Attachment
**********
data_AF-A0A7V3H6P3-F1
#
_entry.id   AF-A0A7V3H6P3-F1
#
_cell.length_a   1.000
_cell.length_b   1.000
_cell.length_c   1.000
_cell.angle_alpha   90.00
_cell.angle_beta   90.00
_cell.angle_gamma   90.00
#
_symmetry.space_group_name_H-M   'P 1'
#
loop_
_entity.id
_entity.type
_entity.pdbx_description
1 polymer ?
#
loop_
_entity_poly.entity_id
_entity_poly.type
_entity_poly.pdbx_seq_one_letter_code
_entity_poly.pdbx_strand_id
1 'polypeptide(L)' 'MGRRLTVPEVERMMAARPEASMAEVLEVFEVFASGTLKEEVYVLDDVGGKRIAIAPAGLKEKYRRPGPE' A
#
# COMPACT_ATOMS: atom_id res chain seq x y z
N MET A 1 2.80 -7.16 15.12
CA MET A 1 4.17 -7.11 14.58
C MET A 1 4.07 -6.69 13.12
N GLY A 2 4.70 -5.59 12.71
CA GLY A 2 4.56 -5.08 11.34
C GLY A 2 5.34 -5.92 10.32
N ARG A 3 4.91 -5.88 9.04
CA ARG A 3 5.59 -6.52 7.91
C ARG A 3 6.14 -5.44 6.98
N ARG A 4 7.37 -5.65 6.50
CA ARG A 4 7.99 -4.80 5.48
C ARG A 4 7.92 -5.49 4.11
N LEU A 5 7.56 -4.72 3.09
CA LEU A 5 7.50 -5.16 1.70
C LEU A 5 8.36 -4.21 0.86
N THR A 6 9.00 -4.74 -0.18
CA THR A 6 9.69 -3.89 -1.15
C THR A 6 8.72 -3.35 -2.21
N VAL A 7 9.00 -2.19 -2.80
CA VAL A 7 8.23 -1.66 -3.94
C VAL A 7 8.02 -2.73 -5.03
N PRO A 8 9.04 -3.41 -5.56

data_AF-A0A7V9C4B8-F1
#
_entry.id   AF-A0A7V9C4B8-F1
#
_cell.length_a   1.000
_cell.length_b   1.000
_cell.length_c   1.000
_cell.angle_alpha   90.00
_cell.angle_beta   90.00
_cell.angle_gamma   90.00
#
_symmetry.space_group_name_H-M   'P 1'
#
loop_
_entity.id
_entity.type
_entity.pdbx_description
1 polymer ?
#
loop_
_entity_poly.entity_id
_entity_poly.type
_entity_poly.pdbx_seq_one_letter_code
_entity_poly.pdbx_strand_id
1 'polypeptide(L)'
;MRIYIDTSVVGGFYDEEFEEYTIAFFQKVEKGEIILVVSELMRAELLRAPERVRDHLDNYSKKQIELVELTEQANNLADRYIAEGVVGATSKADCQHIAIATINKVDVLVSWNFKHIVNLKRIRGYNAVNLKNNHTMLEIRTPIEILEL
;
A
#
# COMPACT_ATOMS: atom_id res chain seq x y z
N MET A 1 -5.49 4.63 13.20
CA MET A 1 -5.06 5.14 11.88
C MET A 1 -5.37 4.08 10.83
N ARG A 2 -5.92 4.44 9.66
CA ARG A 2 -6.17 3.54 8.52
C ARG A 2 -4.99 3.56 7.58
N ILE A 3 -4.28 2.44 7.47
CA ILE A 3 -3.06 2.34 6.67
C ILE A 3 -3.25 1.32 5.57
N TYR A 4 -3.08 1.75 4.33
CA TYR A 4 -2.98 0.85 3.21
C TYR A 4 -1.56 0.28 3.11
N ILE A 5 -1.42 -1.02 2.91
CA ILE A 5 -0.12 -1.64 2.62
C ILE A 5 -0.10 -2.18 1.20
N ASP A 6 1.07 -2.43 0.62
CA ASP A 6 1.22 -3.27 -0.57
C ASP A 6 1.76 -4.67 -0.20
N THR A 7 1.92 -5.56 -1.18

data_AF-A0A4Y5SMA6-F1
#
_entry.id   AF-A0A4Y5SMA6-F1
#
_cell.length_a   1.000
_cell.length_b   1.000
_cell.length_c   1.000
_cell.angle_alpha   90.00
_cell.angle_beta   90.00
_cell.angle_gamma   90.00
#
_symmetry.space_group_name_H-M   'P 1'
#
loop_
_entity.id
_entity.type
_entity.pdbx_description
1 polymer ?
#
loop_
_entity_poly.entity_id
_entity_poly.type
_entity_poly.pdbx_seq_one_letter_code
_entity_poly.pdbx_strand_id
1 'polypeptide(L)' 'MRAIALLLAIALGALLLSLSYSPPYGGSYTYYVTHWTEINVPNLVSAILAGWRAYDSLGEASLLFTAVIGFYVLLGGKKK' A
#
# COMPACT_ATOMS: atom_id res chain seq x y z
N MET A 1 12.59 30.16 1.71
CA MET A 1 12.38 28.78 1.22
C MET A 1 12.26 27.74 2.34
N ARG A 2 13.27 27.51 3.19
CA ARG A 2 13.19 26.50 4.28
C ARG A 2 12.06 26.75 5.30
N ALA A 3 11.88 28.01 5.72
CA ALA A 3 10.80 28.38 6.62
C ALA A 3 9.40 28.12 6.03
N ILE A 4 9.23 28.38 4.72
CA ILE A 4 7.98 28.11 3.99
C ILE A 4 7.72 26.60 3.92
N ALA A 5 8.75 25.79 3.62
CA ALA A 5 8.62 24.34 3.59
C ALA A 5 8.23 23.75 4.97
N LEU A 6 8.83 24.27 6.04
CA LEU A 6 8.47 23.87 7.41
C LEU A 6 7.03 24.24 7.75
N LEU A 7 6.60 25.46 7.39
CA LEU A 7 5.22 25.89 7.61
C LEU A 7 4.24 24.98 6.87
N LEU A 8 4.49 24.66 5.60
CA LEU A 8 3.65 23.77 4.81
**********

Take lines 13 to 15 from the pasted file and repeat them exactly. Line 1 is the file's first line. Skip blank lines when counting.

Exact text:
#
loop_
_entity.id